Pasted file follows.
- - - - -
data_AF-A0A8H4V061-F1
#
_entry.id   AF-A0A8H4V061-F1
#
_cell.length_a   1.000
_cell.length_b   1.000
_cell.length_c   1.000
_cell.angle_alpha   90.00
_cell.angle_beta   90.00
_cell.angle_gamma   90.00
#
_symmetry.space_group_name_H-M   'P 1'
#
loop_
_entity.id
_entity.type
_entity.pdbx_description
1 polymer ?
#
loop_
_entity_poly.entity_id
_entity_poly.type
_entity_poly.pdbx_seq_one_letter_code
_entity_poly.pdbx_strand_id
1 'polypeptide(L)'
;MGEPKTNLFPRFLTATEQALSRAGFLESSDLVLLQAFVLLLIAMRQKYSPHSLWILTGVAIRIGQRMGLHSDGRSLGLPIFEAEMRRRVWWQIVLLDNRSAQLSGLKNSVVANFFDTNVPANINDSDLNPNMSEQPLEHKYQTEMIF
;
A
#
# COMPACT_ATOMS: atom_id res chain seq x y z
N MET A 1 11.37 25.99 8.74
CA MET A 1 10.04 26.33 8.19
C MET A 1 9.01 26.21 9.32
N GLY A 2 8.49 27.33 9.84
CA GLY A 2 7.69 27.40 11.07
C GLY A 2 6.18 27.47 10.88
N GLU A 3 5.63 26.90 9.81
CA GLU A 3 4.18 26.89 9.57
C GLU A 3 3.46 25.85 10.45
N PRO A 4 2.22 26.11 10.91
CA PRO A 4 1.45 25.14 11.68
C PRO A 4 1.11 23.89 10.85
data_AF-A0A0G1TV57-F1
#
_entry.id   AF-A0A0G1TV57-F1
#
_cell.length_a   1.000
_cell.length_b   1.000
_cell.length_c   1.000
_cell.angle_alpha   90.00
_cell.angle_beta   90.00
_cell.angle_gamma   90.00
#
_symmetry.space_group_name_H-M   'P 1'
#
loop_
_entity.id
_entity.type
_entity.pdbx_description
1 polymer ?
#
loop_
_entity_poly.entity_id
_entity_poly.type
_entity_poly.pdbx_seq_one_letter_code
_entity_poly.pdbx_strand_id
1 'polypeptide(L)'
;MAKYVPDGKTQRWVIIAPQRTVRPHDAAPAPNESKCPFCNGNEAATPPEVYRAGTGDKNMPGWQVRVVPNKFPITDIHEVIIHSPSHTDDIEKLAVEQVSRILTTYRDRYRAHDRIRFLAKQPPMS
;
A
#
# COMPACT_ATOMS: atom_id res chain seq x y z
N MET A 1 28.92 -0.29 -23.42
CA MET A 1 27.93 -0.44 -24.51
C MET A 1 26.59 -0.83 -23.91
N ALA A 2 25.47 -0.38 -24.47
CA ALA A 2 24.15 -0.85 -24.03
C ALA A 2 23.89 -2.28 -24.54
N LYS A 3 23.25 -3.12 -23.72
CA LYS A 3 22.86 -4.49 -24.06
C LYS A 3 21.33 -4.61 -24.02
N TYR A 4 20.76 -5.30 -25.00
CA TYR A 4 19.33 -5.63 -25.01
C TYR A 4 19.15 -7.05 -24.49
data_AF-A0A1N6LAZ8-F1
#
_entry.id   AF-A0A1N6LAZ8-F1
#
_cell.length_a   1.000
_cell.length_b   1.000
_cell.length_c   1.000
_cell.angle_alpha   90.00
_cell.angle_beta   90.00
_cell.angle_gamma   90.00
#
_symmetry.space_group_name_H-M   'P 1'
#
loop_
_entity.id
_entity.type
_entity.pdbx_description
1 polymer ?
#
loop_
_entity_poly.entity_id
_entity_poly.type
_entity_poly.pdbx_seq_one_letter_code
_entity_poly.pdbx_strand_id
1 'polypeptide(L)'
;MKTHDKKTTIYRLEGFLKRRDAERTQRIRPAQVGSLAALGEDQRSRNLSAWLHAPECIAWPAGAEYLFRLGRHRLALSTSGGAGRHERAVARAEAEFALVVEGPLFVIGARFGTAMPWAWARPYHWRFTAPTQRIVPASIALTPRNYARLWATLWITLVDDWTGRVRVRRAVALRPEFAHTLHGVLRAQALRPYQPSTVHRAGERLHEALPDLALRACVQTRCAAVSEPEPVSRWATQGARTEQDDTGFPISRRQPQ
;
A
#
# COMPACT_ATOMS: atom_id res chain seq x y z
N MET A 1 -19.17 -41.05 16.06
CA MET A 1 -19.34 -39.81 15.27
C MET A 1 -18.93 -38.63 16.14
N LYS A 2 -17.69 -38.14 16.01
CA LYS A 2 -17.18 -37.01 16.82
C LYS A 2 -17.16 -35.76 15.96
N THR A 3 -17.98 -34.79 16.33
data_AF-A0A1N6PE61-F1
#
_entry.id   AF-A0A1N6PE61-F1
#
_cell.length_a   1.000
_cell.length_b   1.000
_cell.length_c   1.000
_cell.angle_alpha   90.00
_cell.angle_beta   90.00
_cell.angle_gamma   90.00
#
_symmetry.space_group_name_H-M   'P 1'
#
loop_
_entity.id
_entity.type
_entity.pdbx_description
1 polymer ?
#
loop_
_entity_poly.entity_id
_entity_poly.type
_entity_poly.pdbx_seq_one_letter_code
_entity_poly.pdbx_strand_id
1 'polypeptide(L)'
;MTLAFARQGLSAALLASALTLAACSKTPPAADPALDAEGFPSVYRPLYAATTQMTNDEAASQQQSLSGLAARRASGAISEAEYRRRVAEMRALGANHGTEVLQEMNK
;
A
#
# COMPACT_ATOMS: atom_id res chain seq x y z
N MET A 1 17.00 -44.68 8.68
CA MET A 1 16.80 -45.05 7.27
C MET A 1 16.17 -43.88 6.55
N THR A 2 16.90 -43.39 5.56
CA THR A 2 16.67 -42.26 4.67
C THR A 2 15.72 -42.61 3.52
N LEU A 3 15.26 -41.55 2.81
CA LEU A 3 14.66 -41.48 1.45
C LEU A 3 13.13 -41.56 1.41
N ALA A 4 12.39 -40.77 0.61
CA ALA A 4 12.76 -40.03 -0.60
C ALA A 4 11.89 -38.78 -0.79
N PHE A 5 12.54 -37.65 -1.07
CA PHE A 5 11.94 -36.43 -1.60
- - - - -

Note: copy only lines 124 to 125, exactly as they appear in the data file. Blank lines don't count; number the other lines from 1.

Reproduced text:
_entry.id   AF-A0A1N6PE61-F1
#